What happened in New Delhi can only be surmised but in Colombo we saw Indian officials particularly those identified as being RAW - Research and Analysis Wing - having close relations with the newly arrived international correspondents in Colombo. Some of these Western correspondents were themselves quite raw to the profession having been sent out after a brief stint in provincial newspapers.

These young journalists were cultivated quite openly by Indian agents who helped them very greatly in their professional assignments. An information/intelligence network sprang up in the north and east through which any incident in the north and east was flashed to Colombo within minutes. All what the international hot shots living comfortably in Colombo's hotels such as the then Ramada Hotel or Galle Face Hotel had to do was to transmit the messages immediately to their headquarters in world capitals to be disseminated around the globe.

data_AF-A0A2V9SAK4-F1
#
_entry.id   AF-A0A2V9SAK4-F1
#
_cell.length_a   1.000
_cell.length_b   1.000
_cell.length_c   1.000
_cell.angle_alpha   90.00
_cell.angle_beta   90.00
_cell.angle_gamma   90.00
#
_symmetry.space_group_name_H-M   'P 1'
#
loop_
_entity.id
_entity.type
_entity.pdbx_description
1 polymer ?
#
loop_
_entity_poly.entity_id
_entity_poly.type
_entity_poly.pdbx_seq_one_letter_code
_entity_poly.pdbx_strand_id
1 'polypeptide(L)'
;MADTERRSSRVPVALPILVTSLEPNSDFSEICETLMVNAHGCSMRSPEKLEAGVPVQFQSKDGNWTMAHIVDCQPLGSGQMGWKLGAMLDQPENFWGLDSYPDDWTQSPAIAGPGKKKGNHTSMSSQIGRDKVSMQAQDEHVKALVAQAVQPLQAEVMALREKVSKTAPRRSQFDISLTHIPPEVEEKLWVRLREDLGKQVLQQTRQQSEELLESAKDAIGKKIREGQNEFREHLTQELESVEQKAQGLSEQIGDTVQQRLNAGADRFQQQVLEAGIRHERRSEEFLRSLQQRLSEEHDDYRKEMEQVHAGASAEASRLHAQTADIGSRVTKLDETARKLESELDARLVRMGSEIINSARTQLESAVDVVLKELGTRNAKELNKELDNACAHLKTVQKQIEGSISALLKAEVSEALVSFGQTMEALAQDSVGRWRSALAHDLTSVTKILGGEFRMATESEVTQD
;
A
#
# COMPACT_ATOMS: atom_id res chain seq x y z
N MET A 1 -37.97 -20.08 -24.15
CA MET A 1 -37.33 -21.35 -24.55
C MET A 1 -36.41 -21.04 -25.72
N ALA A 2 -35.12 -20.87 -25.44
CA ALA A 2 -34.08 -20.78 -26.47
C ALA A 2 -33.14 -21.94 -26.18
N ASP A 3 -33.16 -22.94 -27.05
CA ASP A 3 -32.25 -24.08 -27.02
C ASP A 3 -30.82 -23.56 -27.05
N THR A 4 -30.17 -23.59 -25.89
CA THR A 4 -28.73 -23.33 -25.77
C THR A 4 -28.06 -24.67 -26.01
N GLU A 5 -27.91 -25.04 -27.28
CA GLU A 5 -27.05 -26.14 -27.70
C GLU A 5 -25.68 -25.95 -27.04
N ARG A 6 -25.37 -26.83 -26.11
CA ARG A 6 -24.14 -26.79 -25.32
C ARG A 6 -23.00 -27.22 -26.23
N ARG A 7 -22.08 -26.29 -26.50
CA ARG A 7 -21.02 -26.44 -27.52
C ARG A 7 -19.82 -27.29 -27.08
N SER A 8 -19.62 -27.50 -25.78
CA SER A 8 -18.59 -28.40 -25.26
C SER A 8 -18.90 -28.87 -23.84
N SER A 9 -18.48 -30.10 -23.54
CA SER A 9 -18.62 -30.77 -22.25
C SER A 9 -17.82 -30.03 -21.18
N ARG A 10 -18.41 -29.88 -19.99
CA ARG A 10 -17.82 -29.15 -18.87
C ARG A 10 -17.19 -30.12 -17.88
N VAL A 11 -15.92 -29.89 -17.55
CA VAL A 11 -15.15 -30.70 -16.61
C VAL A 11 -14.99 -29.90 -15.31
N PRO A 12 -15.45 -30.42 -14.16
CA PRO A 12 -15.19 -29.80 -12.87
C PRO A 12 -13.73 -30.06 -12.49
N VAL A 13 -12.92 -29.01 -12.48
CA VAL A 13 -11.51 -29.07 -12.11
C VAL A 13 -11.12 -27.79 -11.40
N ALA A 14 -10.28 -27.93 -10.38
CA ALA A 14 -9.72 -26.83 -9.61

Some of these reports that went against the Sri Lankan government forces were true, particularly when raw Sri Lankan recruits ran amuck against civilians but on the whole news packaged by RAW was against the Sri Lankan government leading to charges of genocide against the Tamils.

Genocide charge

Against this backdrop were the attempts made at Geneva to raise resolutions of genocide against Sri Lanka actively backed by India and also new found friends in the West - America and European nations. Signs were beginning to show of the emergence of a burgeoning Indian middle class with market potential of about 350 million and even Ronald Reagan during the tail end of his administration could not resist.